St. Thomas Aquinas Essay

Custom Student Mr. Teacher ENG 1001-04 23 November 2016

St. Thomas Aquinas

The Five Ways of the Summa Theologica was written by St. Thomas Aquinas. In this writing Aquinas argues against two objections of the existence of a God and provides five arguments in which he believes to solidify the idea that God does exist, further disproving these objections. Aquinas’s first argument for the existence of God is that of motion. To Aquinas, everything is in motion and motion must start from somewhere. He explains that nothing can be moved without something previously causing that movement and thus proves that God is real because God is the initial mover.

This argument, however, does not prove the existence of God. If we were to think that this argument proves anything it would be that we do not know the initial mover nor do we know what actually causes these motions. God in this sense is used as an answer to a question that we do not really know the answer to. Aquinas’s second argument for the existence of God is based on cause and effect. Aquinas’s argument is that there is no effect without a cause; God being the cause and the universe being the effect.

He also believes that this is not an infinite possibility and that there must be a start and an end and without the middle there will be no beginning or end. Again, he offers an argument that in no way proves the existence of God. Aquinas appears to be filling in the lack of answers with the existence of God and not rebutting the holes that his argument leaves open. When I turn on the light switch in my room, I am essentially the first mover and I am the creator of that light. Does this make me God because I wield the power of light at my fingertips or are there better explanations of how the light came to be?

Aquinas’s third argument is simply that nothing can exist from nothing; therefore, there had to be something in existence to create this world and that was God. This argument is based on the pure assumption that nothing comes from nothing and that something can cause something. For one to assume such a thing would be completely absurd because this lacks any evidence. Similarly, Aquinas’s argument assumes a creator and fails to give adequate proof of this creator’s existence. The fourth argument that Aquinas presents is that of gradation.

He states that all things have a minimum and a maximum or the worst and the best and uses the example of fire—fire is the maximum of heat. He further concludes that all beings are caused by something and that there must be a greatest of that being of which it was created by and that being is God. “Therefore there must be something which is to all beings the cause of their being, goodness, and every other perfection. ” This argument explains why there can be evil in the world because God is the most good of us all and we are lesser than God. What this argument fails to describe is the idea of what is greater than God.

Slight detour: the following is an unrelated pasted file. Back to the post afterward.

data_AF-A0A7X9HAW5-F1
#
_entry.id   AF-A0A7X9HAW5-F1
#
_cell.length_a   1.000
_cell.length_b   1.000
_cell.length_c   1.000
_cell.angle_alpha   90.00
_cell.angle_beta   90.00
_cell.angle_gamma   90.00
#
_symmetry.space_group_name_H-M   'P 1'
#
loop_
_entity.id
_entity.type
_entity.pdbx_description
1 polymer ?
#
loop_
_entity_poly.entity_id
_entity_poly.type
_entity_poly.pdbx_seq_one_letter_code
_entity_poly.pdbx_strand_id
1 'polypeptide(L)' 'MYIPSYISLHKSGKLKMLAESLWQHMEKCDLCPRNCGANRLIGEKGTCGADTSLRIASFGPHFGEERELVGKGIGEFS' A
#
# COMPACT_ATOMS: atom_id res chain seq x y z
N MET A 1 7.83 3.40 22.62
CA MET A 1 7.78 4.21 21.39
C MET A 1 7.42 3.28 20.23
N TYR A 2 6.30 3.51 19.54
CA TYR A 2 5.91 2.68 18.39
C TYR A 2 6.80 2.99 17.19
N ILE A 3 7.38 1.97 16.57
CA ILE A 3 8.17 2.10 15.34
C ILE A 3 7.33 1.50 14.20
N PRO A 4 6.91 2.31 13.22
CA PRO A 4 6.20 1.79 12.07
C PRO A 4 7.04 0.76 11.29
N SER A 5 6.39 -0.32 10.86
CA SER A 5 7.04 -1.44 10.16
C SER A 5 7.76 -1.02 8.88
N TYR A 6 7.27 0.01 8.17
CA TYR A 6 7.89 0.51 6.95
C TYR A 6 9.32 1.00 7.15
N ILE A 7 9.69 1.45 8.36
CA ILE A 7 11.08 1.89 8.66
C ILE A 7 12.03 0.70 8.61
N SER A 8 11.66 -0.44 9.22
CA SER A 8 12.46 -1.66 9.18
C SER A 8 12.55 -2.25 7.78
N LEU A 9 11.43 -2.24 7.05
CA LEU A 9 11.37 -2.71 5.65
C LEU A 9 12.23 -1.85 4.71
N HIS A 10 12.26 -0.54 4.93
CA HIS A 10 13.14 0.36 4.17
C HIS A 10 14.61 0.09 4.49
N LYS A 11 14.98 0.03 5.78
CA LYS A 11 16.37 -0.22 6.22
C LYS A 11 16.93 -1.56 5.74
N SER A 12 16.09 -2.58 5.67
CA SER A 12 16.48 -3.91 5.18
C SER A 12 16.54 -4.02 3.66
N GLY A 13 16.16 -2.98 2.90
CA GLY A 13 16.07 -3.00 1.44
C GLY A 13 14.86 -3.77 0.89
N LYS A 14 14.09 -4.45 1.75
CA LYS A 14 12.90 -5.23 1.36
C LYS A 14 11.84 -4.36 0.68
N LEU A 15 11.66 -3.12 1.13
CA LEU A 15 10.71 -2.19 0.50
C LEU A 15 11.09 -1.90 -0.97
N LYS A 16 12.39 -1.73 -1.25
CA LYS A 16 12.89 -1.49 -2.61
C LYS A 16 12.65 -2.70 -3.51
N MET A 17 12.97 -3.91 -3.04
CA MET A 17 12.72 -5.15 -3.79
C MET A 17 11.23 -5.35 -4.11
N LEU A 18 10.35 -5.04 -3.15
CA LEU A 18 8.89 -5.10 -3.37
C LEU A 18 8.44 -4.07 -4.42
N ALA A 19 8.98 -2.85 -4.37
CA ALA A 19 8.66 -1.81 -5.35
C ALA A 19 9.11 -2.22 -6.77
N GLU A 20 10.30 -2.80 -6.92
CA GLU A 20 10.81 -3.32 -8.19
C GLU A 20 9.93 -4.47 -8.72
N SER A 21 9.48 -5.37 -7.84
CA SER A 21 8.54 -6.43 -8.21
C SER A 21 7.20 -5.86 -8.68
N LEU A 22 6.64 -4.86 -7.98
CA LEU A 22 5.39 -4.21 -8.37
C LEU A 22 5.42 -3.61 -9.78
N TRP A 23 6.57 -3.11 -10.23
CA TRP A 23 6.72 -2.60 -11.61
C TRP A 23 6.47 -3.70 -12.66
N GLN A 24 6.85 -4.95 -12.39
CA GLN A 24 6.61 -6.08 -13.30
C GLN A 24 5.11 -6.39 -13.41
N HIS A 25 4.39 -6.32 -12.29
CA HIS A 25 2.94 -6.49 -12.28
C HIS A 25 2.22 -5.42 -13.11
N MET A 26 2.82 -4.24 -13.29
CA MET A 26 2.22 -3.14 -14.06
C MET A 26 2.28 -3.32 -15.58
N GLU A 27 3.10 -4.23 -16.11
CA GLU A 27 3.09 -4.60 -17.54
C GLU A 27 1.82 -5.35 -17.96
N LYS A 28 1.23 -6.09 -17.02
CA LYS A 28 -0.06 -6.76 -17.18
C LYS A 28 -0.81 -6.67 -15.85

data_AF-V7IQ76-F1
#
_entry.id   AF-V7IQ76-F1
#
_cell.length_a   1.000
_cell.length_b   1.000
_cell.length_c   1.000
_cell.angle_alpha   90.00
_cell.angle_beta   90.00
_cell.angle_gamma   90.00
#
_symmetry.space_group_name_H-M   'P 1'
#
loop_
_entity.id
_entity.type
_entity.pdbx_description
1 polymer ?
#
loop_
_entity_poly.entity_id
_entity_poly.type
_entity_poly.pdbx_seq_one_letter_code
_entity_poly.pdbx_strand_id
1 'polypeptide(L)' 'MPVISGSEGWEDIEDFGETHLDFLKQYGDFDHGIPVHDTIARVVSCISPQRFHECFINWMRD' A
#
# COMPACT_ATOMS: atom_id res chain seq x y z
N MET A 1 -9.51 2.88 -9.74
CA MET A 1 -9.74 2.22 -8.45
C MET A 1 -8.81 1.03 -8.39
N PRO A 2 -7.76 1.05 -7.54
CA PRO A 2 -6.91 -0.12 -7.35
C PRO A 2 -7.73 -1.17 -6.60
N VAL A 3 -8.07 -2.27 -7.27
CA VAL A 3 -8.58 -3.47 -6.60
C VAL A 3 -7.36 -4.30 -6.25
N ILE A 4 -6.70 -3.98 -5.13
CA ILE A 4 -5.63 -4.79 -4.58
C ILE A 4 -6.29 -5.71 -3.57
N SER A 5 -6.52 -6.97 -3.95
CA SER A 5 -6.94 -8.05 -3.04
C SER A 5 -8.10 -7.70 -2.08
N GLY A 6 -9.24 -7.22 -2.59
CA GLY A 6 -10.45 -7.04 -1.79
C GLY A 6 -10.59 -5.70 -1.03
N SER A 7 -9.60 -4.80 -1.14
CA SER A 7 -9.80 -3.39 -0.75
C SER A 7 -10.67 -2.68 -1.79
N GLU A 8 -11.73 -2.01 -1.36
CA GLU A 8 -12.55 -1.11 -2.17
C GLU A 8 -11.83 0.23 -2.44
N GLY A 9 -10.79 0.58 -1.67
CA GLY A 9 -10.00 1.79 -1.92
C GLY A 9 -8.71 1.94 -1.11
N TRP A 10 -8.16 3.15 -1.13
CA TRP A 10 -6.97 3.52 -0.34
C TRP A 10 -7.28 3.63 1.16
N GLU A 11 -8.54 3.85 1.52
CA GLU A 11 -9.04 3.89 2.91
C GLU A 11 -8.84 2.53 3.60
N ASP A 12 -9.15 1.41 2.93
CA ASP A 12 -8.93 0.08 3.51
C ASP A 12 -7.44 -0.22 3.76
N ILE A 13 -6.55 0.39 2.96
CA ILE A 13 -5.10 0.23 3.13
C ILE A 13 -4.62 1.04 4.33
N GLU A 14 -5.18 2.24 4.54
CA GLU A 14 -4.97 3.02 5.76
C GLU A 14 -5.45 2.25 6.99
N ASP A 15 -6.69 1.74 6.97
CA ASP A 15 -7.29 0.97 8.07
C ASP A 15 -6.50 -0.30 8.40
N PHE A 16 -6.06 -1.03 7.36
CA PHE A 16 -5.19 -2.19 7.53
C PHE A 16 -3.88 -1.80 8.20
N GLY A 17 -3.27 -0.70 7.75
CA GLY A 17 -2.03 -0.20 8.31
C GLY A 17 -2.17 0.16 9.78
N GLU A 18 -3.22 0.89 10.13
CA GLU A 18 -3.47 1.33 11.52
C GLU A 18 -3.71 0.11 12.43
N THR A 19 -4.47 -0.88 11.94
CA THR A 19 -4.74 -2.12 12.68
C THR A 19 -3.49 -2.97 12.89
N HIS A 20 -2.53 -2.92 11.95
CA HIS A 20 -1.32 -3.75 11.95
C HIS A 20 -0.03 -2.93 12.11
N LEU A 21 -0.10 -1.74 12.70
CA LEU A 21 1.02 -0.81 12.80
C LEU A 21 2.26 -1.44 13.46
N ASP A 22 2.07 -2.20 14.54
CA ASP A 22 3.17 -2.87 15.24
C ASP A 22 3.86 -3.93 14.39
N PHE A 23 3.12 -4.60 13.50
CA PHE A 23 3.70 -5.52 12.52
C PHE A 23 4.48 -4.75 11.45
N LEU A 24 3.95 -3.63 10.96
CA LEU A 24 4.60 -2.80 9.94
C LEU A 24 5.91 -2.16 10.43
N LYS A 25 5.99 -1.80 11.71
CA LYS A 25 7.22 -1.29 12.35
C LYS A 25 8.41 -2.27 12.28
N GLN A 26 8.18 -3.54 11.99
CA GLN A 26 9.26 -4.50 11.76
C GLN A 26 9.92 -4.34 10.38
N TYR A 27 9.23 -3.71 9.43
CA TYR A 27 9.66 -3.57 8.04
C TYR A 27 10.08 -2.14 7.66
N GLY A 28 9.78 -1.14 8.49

Would there not be a more powerful, more good, more perfect being in which created God? The fifth and final argument that Aquinas presents is that all beings are on a path and lack the knowledge of that path. Thus all beings are guided by a greater being with more knowledge who directs them. Regardless if God were to exist or not, all beings are bound to die. Is that the path that God is directing us toward? There are plenty of people in the world who do not believe in the existence of God and they are not immortal, their lives still come to an end.

To a non believer or skeptic living a life without guidance or acceptance of God will die just as that of a believer in God. So if God were to show us the way to the end, how can the two parties reach the same ending, one with guidance and one without? While Aquinas does make some very good points on why one should or does believe in the existence of God, he in no why proves anything of the sort. His assertions are all based on the presumption that there is a God and that he is the answer to all things without solid proof.

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  • University/College: University of Chicago

  • Type of paper: Thesis/Dissertation Chapter

  • Date: 23 November 2016

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